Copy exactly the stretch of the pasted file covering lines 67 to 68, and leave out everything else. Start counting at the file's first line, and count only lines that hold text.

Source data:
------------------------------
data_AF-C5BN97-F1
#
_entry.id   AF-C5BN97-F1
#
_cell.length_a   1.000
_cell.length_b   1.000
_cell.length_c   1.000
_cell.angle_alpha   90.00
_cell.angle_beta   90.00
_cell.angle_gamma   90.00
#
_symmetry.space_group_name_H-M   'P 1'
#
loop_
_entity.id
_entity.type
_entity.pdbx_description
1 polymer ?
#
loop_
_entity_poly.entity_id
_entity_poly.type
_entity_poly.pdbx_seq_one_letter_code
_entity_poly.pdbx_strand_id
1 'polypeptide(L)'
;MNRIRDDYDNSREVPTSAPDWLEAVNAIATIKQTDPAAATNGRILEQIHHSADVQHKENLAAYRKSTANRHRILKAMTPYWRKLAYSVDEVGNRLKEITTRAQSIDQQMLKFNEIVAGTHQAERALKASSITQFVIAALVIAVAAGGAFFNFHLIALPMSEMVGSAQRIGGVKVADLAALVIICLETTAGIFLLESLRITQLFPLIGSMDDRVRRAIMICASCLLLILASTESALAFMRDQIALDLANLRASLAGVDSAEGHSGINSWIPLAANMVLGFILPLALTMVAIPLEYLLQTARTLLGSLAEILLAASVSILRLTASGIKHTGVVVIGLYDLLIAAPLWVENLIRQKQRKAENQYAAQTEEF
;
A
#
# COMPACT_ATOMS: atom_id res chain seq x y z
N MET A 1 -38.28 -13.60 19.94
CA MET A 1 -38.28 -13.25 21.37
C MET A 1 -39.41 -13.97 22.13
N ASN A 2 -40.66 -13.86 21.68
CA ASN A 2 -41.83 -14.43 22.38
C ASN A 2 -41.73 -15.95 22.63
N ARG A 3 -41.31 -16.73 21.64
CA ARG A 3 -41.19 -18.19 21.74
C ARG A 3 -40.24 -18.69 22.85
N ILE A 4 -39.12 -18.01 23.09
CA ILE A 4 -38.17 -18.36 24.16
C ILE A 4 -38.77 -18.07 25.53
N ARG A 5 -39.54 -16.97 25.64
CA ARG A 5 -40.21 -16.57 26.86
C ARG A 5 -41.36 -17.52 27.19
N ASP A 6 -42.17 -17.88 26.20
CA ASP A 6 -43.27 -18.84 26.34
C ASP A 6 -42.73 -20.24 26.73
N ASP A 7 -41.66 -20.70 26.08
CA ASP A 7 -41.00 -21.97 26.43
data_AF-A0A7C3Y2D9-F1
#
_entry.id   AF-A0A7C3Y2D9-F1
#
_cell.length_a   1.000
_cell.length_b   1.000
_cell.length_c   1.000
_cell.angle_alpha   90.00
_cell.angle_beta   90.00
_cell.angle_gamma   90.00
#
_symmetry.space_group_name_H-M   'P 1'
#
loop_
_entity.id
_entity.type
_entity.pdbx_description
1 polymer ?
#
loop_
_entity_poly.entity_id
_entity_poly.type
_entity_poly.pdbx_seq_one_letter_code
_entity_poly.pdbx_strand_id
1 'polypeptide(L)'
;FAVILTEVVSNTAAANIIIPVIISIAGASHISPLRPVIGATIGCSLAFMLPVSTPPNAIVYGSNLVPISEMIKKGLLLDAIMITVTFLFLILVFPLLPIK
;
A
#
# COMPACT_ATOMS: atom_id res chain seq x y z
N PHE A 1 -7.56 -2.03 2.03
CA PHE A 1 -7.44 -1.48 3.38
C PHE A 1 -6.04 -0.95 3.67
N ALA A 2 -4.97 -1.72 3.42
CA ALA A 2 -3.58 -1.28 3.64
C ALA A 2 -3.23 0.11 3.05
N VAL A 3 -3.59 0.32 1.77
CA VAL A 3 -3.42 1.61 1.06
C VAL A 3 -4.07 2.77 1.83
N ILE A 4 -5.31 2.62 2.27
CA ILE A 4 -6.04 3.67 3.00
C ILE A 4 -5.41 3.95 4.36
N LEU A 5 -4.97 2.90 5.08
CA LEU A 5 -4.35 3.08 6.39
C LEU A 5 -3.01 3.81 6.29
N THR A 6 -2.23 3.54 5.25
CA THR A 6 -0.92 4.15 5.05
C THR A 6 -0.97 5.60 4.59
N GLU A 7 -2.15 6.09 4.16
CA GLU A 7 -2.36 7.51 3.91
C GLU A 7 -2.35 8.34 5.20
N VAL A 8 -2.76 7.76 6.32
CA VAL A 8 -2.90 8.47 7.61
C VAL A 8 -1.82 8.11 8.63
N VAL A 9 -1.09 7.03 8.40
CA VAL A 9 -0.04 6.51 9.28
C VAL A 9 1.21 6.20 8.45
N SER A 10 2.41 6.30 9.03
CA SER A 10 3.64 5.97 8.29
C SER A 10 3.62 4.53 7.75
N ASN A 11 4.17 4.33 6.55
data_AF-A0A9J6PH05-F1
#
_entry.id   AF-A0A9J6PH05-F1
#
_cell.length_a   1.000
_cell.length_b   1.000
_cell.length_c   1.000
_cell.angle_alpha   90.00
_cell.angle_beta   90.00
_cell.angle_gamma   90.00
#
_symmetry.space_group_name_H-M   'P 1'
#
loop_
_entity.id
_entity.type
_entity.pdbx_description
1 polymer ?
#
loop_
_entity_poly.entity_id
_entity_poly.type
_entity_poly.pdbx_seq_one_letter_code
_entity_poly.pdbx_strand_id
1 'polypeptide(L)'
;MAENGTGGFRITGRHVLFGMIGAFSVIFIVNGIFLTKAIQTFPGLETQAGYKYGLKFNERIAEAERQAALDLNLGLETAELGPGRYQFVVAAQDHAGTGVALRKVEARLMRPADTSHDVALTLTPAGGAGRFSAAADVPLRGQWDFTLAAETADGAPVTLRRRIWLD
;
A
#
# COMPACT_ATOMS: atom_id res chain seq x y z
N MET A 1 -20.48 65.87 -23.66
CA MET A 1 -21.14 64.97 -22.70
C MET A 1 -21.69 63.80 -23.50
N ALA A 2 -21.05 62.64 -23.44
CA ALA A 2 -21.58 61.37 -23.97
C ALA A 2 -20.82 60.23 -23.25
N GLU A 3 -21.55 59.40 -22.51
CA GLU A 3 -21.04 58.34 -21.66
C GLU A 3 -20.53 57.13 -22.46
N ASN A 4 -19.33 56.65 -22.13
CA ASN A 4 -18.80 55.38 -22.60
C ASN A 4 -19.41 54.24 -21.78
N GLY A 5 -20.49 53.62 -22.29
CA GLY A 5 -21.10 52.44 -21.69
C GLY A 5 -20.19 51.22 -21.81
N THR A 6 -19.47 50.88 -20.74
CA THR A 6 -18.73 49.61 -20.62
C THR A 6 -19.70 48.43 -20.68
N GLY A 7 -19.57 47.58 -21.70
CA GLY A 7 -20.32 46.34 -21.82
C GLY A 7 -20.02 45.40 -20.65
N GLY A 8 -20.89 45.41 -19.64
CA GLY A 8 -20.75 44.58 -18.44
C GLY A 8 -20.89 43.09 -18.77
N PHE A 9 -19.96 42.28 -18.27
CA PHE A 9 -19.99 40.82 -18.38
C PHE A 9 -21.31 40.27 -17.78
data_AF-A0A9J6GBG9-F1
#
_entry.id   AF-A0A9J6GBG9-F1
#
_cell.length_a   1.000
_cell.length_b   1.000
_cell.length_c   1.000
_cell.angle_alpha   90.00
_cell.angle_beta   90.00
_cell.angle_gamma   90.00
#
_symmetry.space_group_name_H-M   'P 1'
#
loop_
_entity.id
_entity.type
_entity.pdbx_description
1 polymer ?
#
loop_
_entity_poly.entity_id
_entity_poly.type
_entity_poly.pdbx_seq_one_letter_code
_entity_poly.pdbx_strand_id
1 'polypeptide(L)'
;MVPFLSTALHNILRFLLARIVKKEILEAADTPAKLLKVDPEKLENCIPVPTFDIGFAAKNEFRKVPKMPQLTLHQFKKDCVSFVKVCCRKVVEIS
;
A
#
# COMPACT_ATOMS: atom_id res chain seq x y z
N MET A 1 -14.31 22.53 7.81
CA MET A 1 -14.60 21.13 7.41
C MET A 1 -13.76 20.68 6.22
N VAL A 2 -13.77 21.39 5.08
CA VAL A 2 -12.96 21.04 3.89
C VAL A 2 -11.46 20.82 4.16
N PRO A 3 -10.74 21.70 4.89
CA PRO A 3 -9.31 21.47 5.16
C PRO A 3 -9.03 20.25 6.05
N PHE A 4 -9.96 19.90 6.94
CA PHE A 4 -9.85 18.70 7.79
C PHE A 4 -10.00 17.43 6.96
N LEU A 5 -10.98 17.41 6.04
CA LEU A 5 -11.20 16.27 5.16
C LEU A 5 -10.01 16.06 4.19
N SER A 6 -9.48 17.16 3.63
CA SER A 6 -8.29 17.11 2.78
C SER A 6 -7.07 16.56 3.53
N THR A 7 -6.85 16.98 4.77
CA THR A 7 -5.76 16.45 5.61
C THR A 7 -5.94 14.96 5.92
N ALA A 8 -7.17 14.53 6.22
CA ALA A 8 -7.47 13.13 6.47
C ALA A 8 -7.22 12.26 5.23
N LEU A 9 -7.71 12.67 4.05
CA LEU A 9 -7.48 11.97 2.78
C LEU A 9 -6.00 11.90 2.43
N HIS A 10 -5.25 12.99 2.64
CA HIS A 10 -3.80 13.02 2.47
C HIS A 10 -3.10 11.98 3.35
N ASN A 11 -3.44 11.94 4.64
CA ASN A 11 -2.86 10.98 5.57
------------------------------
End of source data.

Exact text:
_entity.pdbx_description
1 polymer ?